Analyst: Xbox 360 To Keep U.S. Lead Through 2009
In a presentation at the recent MI6 Game Marketing Conference, Jason Anderson, director of research for the International Development Group (IDG) revealed the research company’s predictions for the near future of console sales, and Gamasutra was present to relay his intriguing predictions.
Anderson began by saying that the U.S. alone accounted for $10.2 billion in revenue, for both hardware and software this year. (Going forward, all statistics and numbers mentioned here concern the U.S. exclusively.) He pointed out a slow decline in PC retail sales, and a rise in handhelds. He then moved onto a particularly interesting topic, next-gen hardware sales.
For 2007, IDG predicts Microsoft dominance for the next two years in the North American next-gen game hardware market, at least in terms of installed base. The forecast predicts 10.6 million consoles in homes for Xbox 360, 6.8 million for PlayStation 3, and a modest 3.5 million for Wii in 2007. In 2008, Anderson suggests 15.5 million units in homes for the 360, 13.5 million for PS3, and 6.8 million for Wii. He does mention that his group expects the PS3 to win out in the installed based race in the end, perhaps in 2009.
IDG also analyzed multiple console ownership, and found that there was a decent amount of crossover, with many homes owning more than one console. With the next generation, Anderson predicts more single console ownership, with most households choosing either the 360 or the PS3, and with most crossover happening when those households also chose to pick up a Wii.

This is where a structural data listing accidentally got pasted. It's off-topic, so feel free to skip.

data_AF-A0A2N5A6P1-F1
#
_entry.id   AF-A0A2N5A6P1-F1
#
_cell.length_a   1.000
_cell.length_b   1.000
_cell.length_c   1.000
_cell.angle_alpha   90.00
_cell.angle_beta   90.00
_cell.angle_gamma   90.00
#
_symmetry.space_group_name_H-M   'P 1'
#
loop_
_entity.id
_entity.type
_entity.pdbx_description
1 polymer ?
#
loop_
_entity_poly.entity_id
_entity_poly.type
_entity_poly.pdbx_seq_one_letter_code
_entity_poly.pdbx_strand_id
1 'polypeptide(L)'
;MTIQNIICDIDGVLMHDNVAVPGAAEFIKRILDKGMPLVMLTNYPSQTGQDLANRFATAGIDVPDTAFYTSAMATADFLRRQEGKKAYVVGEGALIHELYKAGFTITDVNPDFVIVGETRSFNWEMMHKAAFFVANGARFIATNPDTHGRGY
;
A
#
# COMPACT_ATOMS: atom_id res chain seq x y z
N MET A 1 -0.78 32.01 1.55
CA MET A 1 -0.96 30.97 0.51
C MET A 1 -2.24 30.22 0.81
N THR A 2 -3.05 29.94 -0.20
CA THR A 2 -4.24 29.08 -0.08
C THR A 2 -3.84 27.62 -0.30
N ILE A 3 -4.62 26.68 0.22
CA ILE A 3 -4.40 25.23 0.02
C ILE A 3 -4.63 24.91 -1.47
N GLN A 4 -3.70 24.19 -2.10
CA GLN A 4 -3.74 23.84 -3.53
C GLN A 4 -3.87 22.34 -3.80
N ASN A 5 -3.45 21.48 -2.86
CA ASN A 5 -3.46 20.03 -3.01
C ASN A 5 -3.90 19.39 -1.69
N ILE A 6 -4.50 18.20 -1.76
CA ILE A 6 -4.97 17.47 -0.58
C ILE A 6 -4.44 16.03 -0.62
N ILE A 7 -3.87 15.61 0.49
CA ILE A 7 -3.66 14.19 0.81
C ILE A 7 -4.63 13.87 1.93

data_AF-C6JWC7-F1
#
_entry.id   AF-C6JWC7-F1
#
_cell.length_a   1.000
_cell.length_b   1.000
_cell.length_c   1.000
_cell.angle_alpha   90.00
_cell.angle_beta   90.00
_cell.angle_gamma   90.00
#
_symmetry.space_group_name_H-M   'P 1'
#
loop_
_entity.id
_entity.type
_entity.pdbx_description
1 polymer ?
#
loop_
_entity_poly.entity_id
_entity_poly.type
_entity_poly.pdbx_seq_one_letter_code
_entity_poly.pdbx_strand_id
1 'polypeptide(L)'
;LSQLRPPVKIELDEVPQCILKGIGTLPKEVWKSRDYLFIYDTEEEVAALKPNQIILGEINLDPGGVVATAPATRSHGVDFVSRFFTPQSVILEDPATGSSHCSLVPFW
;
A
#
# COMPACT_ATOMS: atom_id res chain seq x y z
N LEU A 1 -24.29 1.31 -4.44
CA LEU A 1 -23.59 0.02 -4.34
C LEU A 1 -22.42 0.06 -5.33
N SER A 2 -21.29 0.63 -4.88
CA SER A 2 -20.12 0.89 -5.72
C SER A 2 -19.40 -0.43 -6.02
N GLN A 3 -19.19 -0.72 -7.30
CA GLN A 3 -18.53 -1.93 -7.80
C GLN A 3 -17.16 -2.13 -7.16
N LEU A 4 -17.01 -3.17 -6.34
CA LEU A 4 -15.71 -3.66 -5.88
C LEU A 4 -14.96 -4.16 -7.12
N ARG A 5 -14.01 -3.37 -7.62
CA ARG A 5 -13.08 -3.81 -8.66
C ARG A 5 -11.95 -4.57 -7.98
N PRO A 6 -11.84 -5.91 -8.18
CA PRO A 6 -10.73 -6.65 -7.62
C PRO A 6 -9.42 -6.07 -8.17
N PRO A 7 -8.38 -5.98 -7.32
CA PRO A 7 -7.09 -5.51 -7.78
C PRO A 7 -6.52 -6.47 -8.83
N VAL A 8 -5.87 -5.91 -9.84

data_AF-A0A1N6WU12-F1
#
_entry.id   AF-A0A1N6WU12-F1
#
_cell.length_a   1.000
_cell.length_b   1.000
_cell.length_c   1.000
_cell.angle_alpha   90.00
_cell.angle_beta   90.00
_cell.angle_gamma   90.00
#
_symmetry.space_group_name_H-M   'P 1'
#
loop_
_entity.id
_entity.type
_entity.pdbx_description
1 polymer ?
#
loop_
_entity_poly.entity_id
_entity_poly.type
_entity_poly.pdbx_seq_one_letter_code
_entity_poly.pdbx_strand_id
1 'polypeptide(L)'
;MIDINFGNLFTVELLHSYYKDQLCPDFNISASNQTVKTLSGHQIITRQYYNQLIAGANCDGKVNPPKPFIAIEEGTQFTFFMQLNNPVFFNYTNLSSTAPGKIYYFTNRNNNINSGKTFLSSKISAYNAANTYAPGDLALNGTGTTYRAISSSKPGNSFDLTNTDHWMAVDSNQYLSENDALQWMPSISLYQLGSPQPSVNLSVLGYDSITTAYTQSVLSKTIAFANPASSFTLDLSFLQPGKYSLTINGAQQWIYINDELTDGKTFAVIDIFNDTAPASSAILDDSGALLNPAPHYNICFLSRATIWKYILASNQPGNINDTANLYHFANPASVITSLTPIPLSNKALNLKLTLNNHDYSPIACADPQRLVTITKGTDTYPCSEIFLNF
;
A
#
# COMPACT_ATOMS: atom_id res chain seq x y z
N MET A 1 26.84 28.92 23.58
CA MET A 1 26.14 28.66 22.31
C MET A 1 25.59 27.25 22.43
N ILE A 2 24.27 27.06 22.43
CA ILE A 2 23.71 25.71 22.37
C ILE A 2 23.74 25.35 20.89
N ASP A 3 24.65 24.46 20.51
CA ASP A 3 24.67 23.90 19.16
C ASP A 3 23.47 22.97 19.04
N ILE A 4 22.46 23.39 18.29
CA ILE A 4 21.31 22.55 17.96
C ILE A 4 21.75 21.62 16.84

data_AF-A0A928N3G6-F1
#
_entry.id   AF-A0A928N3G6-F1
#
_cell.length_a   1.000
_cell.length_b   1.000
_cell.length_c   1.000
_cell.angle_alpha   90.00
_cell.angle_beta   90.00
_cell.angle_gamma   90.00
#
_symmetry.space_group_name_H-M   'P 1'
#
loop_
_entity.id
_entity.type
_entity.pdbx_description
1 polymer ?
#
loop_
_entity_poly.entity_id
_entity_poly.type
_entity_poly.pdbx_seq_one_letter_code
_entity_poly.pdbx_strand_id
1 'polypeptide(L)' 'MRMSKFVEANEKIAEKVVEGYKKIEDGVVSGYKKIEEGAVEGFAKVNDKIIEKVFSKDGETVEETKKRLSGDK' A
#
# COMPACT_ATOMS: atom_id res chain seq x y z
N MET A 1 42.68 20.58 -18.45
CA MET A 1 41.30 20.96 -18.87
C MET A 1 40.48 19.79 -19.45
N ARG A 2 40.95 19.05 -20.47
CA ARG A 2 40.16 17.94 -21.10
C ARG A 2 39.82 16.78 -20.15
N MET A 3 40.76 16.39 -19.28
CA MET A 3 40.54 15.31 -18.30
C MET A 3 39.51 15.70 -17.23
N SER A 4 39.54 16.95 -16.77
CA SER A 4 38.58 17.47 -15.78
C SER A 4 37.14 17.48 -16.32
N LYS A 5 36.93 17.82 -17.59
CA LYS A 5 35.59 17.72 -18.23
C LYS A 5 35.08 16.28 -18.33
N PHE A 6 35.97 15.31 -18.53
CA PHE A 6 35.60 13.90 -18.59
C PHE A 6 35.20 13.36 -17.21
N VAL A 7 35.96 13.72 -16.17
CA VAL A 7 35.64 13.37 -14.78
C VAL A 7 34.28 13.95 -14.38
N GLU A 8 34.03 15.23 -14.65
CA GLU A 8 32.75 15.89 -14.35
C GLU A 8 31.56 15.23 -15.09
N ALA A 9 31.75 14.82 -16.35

For handhelds, in 2006 the group breaks the numbers down to 34.4 million installed units for the Game Boy Advance, 8.7 million for PSP, and 8.8 million for DS. In 2007, he predicts 34.8 million for GBA (admitting that they aren’t quite certain how relevant those numbers will be in 2007 and later, with new software being more scarce), 14.4 million for PSP, and 15 million for DS. In 2008 he sees a larger gap between the DS and the PSP with 34.9 million for GBA, 17.6 million for PSP, and 20 million for DS.
Next, Anderson continued his presentation with a discussion of game quality. Using aggregates from gamerankings.com, IDG took average video game scores for each console over time. The three main consoles all average about 70%, though in the first year of each console’s life, there was a bit of a difference. From the onset, the Gamecube’s scores were highest, followed by Xbox, then PS2, which hovered around 70% for the entire duration. Handhelds rank a bit lower, with the DS surprisingly the lowest of the three.
The PSP performed roughly like a console, just below 70%, with the GBA below that, and the DS further down. Most surprising, however, is that the 360’s average is closer to 80%, which Anderson takes to mean that game quality, at least for this first batch of next-gen titles, has increased. However, he cautions that this may not mean better sales, but rather that 80% is now the new baseline of expectation, and that anything below may suffer more than in previous generations.
Finally, IDG also predicted estimates for the emerging PC digital business models, including casual and online games and download services such as Valve’s Steam. Anderson’s group estimates roughly $1 billion for these emerging models of sale in 2006 in the U.S., taking care to mention that IDG’s estimates are often on the conservative side.
He then went on to outline data on marketshare, bringing an end to the intriguing presentation. For present-gen consoles, the Xbox is at 25%, the PlayStation 2 at 56%, and the Gamecube at a 19% marketshare, according to IDG.